Christmas gnomes are popular in every Scandinavian country. Folklore has it that these mischievous sprites protect the home and farm and, in return, expect only a bowl of porridge with butter on Christmas Eve.

In Belgium (or Berkeley), St. Nick Rewards Good Children with Speculoos Cookies

Photos courtesy of Little Belgians

Photos courtesy of Little Belgians

Berkeley resident Evy Ballegeer’s nostalgia for a treat she ate growing up in Belgium inspired her to start a business making the traditional crispy, spiced cookies called speculoos. Her company, Little Belgians, founded in 2014, produces a variety of these molded cookies.

After a career in journalism, Ballegeer wanted a change. Noting the growing interest in artisanal food, she attended Tante Marie’s cooking school in San Francisco and interned with the pastry chef at San Francisco’s Nopa. When she offered her handmade speculoos for the restaurant’s cookie plate, she received an enthusiastic response and realized there was a demand that wasn’t being satisfied by the mass-marketed version. “I was interested in preserving the history, craft, and tradition of speculoos,” says Ballegeer. “We use organic butter and nine spices, including cinnamon, cloves, cardamom, pepper, and ginger. Mass-market speculoos are made with palm oil and just cinnamon.”

These thin, crispy spice cookies, which are also enjoyed in the Netherlands and Germany, trace their lineage to the 17th century, when the Dutch East India Company opened up the spice route to Asia. Town bakers in these Northern European countries employed hand-carved wooden molds to form the treats in a variety of shapes, from animals to representations of local personages or saints. The Dutch liked their cookies, which they call speculaas, to be in the shape of their ubiquitous windmills.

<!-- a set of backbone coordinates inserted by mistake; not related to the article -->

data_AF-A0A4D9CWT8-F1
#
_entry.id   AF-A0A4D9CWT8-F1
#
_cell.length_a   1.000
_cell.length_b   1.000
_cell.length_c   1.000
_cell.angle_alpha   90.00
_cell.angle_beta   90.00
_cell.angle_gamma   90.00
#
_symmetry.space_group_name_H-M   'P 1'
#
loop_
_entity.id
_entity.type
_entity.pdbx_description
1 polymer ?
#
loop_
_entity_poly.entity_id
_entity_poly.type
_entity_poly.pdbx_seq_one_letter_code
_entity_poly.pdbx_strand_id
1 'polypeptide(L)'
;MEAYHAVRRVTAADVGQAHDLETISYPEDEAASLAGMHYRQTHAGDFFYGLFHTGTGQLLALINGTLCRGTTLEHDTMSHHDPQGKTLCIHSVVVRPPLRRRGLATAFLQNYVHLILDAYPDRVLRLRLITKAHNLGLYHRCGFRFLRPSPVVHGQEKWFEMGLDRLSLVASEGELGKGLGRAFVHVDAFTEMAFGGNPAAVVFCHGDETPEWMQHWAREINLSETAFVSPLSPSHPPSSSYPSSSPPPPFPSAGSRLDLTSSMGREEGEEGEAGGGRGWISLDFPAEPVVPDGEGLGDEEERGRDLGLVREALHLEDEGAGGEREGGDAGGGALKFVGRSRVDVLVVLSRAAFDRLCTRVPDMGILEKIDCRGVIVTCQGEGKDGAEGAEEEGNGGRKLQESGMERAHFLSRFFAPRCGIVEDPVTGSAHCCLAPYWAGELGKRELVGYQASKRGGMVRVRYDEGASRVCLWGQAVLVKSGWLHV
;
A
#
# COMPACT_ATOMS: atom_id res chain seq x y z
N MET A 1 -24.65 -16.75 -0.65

Ballegeer started with four shapes inspired by childhood memories: “an umbrella, because it always rains in Belgium; a bird for my grandfathers, who raised and raced pigeons; a house representing a dwelling in Ghent, my favorite Belgian city, where I went to college; and a cyclist, to honor my aunts and uncles, as they avidly watched bicycle races on TV while drinking coffee and eating speculoos.” She recently added two new shapes: a fireplace for a gourmet s’mores kit (along with TCHO chocolate and The Candy’s marshmallows), and a cookie in the shape of Saint Nicholas with bishops’ robes and a pointed miter, to reconnect to one of speculoos’ most iconic uses.

The cookies are enjoyed year-round as a traditional accompaniment to coffee. (Children typically dunk theirs in their parents’ coffee cups.) But in Belgium and the Netherlands, the cookies are also essential for celebrating the birthday of Sinterklaas or Saint Nicholas, (a thinner ancestor of our Santa Claus). On December 5, the eve of the saint’s birthday, Belgian children place their shoes with a carrot or rutabaga inside next to the fireplace. That treat is for St. Nick’s horse, which gets parked on the roof while the boss delivers presents through the chimney. In return, if the children have been good, St. Nick leaves them mandarin oranges, chocolate, a little gift, and a large wrapped speculoos in his own image, which will be discovered on the morning of December 6.

Now, Ballegeer’s children, ages 9 and 11, can enjoy the authentic cookies of their mother’s childhood, enriched with their own cozy memories.


Freelance writer Anna Mindess follows immigrant food journeys and stories of cities where food and locale deliciously intertwine. A frequent contributor to Oakland Magazine, KQED Bay Area Bites, and Berkeleyside, she also works as a sign language interpreter and combines her food and culture interests by leading tasting tours in ASL. Find more of her writing at eastbayethniceats.com.